U.S. markets closed
  • S&P 500

    3,901.36
    +0.57 (+0.01%)
     
  • Dow 30

    31,261.90
    +8.80 (+0.03%)
     
  • Nasdaq

    11,354.62
    -33.88 (-0.30%)
     
  • Russell 2000

    1,773.27
    -2.95 (-0.17%)
     
  • Crude Oil

    110.28
    +0.39 (+0.35%)
     
  • Gold

    1,845.10
    +3.90 (+0.21%)
     
  • Silver

    21.76
    -0.14 (-0.65%)
     
  • EUR/USD

    1.0562
    -0.0026 (-0.24%)
     
  • 10-Yr Bond

    2.7870
    -0.0680 (-2.38%)
     
  • GBP/USD

    1.2495
    +0.0020 (+0.16%)
     
  • USD/JPY

    127.8500
    +0.0560 (+0.04%)
     
  • BTC-USD

    30,049.89
    +573.29 (+1.94%)
     
  • CMC Crypto 200

    650.34
    -23.03 (-3.42%)
     
  • FTSE 100

    7,389.98
    +87.24 (+1.19%)
     
  • Nikkei 225

    26,739.03
    +336.23 (+1.27%)
     
  • Oops!
    Something went wrong.
    Please try again later.
  • Oops!
    Something went wrong.
    Please try again later.
  • Oops!
    Something went wrong.
    Please try again later.
  • Oops!
    Something went wrong.
    Please try again later.
  • Oops!
    Something went wrong.
    Please try again later.
  • Oops!
    Something went wrong.
    Please try again later.

U.S. inflation rises 5.8% in 2021, hits 39-year high

In this article:
  • Oops!
    Something went wrong.
    Please try again later.
  • Oops!
    Something went wrong.
    Please try again later.
  • Oops!
    Something went wrong.
    Please try again later.
  • Oops!
    Something went wrong.
    Please try again later.
  • Oops!
    Something went wrong.
    Please try again later.
  • Oops!
    Something went wrong.
    Please try again later.

Yahoo Finance's Julie Hyman and Brian Sozzi break report on the latest core PCE price index data, which showed inflation reaching a 39-year high in 2021 and slowing personal income growth.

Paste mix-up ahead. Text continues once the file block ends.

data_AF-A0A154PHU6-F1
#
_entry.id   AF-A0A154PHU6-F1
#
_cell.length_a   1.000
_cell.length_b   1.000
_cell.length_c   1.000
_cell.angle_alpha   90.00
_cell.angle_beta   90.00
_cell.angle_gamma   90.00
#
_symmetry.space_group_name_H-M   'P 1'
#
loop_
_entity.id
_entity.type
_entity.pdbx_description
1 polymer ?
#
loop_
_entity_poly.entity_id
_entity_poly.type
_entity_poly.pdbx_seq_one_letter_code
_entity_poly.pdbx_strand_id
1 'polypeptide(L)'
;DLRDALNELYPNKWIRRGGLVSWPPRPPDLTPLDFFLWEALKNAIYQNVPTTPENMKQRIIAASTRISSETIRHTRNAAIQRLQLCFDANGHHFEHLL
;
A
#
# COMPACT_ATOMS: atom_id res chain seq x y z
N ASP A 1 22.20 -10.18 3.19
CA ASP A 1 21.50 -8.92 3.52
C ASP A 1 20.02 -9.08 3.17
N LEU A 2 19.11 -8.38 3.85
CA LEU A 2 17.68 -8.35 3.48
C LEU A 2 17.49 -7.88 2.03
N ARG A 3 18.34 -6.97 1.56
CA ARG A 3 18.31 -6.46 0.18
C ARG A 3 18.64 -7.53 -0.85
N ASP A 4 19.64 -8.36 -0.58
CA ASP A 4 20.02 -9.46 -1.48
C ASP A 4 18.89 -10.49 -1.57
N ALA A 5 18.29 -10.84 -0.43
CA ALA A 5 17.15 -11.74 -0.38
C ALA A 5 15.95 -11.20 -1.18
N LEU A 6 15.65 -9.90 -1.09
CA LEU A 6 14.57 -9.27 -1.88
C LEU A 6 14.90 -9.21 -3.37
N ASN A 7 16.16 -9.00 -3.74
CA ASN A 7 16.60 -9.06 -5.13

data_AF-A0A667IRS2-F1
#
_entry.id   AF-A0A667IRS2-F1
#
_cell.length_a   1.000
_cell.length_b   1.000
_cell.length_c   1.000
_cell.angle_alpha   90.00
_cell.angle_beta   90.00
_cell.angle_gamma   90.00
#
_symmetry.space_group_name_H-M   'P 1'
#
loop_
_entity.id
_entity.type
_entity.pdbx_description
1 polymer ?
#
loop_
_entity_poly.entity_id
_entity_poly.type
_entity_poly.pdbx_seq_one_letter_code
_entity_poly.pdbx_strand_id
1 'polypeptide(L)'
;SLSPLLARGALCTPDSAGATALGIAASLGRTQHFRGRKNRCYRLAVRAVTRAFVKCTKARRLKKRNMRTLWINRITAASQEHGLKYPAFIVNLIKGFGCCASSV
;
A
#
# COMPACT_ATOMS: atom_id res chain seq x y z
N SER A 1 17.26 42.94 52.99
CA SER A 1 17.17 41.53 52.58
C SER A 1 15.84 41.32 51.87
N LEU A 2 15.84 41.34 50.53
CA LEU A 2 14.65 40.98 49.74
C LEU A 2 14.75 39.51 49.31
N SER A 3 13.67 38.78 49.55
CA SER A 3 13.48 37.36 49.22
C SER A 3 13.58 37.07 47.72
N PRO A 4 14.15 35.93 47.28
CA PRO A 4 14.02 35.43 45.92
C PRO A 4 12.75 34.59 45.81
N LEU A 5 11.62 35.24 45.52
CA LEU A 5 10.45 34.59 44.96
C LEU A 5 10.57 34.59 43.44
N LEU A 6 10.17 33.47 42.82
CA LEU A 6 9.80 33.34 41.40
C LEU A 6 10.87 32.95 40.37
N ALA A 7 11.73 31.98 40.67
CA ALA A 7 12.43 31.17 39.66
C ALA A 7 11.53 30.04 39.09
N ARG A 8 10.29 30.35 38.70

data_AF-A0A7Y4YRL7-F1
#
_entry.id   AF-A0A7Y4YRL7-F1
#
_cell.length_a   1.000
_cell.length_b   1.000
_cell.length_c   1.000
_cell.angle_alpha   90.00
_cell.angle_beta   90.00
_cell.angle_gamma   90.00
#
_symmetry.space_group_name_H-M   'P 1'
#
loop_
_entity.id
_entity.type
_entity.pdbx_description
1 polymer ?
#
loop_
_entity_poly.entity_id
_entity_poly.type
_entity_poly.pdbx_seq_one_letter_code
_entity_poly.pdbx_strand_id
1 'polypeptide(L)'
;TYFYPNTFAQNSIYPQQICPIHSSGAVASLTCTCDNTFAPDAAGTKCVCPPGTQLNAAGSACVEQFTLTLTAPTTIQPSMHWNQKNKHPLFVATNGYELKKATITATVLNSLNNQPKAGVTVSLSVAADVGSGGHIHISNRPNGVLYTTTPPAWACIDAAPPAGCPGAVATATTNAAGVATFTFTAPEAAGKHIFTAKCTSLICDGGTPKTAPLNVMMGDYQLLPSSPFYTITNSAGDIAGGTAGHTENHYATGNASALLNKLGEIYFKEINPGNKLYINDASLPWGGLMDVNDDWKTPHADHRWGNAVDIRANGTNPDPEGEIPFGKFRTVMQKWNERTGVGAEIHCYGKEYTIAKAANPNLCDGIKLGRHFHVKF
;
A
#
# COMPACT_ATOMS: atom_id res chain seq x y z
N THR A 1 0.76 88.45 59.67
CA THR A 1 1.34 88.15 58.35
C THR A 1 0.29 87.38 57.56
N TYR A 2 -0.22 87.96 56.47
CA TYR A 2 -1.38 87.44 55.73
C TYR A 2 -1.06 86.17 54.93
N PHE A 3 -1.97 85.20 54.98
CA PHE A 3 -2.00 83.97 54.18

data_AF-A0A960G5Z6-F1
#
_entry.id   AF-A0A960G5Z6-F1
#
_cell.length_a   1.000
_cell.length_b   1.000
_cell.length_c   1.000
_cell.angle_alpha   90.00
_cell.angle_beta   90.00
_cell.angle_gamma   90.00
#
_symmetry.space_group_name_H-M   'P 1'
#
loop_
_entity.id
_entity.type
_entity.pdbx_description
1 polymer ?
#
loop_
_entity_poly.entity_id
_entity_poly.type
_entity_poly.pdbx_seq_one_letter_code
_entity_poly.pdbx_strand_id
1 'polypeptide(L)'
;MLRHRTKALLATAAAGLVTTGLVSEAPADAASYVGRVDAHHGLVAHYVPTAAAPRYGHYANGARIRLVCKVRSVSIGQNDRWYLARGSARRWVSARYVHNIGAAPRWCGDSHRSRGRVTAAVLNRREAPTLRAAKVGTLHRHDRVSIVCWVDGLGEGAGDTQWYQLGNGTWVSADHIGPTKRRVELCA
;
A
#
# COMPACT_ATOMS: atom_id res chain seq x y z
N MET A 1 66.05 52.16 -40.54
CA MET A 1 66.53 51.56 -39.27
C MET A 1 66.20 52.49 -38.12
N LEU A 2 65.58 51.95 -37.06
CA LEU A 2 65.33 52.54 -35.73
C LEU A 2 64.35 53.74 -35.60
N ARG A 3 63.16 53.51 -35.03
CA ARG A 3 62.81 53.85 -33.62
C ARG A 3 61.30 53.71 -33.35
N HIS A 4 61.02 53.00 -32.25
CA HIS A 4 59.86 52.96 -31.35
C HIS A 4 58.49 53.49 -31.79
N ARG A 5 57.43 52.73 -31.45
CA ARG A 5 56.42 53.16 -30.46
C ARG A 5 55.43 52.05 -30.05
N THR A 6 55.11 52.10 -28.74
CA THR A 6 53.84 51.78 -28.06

Video Transcript

JULIE HYMAN: Well, we got to start this morning, Sozz, with that economic data, really interesting stuff here. And again, PCE is important, but the Employment Cost Index getting a lot of attention because there's so much focus right now on wage growth and what that is going to mean for overall inflation. So the ECI coming in at a 1% increase in the fourth quarter. The estimate was for 1.2%. So that seemingly being seen by investors and economists as perhaps a little bit of good news. The prior read, by the way, was 1.3%, so a slowdown in those gains.

And then let's talk about that PCE, the deflator, the core deflator coming in at 4.9% year-over-year. That is a little bit hotter than estimated month-over-month, half a percent gain. Why do we talk about this one so much? It's the one that the Federal Reserve has told us they are watching most closely?

A couple of other numbers to highlight, and one of them is disappointing. And it's personal spending. It was down 6/10 of 1% in the month. That is from a revised 4/10 of a percent gain the prior month. So it was a downward revision in the prior month.

It's bang in line with estimates, but still continues to be interesting here that we see rising wages and not necessarily rising spending. So personal incomes, by the way, up 3/10 of 1% So I think I ran through all of it there. Sozz, what stands out to you in terms of what we need? I mean, that's a lot to digest, obviously.

BRIAN SOZZI: You did good.

JULIE HYMAN: I see you the--

BRIAN SOZZI: You did good. I'm proud of you.

JULIE HYMAN: I see the gears moving. I see the gears moving right now.

BRIAN SOZZI: Yeah, the smoke is probably coming out of my ears, correct. Look, every time I read this report and we get this report, I always think of the person on the other side of this screen, who is on our platform right now. These are a lot of confusing numbers, a lot of things that are great for economist models.

And I think a lot of people, wonder does a report like this mean to my money? So I'm going to tell them right now. If you dig down deeper into this report, you see private sector wages, salaries up 5%, benefits up 2.9%. So that brings the total benefits cost higher by 4.4% year-over-year.